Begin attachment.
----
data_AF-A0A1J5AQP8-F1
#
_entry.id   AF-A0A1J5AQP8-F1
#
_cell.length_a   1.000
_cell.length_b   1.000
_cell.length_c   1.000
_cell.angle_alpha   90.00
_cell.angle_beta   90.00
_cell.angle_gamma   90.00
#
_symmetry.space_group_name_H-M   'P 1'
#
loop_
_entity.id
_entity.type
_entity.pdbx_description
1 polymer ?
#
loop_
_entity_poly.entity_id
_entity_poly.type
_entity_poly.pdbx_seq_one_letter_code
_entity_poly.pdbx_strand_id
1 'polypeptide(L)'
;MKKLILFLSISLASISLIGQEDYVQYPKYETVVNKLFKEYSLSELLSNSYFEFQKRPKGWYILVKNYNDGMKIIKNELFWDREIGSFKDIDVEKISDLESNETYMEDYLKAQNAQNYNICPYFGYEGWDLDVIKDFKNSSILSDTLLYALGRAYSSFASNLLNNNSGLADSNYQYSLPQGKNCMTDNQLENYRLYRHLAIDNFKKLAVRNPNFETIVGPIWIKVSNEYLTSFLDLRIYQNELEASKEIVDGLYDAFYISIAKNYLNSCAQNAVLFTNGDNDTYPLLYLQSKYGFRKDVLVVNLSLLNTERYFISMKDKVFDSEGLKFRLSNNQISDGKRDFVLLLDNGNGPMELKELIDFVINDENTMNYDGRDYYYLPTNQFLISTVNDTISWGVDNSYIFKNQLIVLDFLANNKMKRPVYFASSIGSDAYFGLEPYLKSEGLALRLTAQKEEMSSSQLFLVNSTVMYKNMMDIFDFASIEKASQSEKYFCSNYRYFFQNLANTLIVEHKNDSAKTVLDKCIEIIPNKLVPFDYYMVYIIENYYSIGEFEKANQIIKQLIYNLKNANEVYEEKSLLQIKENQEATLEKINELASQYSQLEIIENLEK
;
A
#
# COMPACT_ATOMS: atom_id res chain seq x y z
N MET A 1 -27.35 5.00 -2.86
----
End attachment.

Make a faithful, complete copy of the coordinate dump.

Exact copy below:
data_AF-A0A1J5AQP8-F1
#
_entry.id   AF-A0A1J5AQP8-F1
#
_cell.length_a   1.000
_cell.length_b   1.000
_cell.length_c   1.000
_cell.angle_alpha   90.00
_cell.angle_beta   90.00
_cell.angle_gamma   90.00
#
_symmetry.space_group_name_H-M   'P 1'
#
loop_
_entity.id
_entity.type
_entity.pdbx_description
1 polymer ?
#
loop_
_entity_poly.entity_id
_entity_poly.type
_entity_poly.pdbx_seq_one_letter_code
_entity_poly.pdbx_strand_id
1 'polypeptide(L)'
;MKKLILFLSISLASISLIGQEDYVQYPKYETVVNKLFKEYSLSELLSNSYFEFQKRPKGWYILVKNYNDGMKIIKNELFWDREIGSFKDIDVEKISDLESNETYMEDYLKAQNAQNYNICPYFGYEGWDLDVIKDFKNSSILSDTLLYALGRAYSSFASNLLNNNSGLADSNYQYSLPQGKNCMTDNQLENYRLYRHLAIDNFKKLAVRNPNFETIVGPIWIKVSNEYLTSFLDLRIYQNELEASKEIVDGLYDAFYISIAKNYLNSCAQNAVLFTNGDNDTYPLLYLQSKYGFRKDVLVVNLSLLNTERYFISMKDKVFDSEGLKFRLSNNQISDGKRDFVLLLDNGNGPMELKELIDFVINDENTMNYDGRDYYYLPTNQFLISTVNDTISWGVDNSYIFKNQLIVLDFLANNKMKRPVYFASSIGSDAYFGLEPYLKSEGLALRLTAQKEEMSSSQLFLVNSTVMYKNMMDIFDFASIEKASQSEKYFCSNYRYFFQNLANTLIVEHKNDSAKTVLDKCIEIIPNKLVPFDYYMVYIIENYYSIGEFEKANQIIKQLIYNLKNANEVYEEKSLLQIKENQEATLEKINELASQYSQLEIIENLEK
;
A
#
# COMPACT_ATOMS: atom_id res chain seq x y z
N MET A 1 -27.35 5.00 -2.86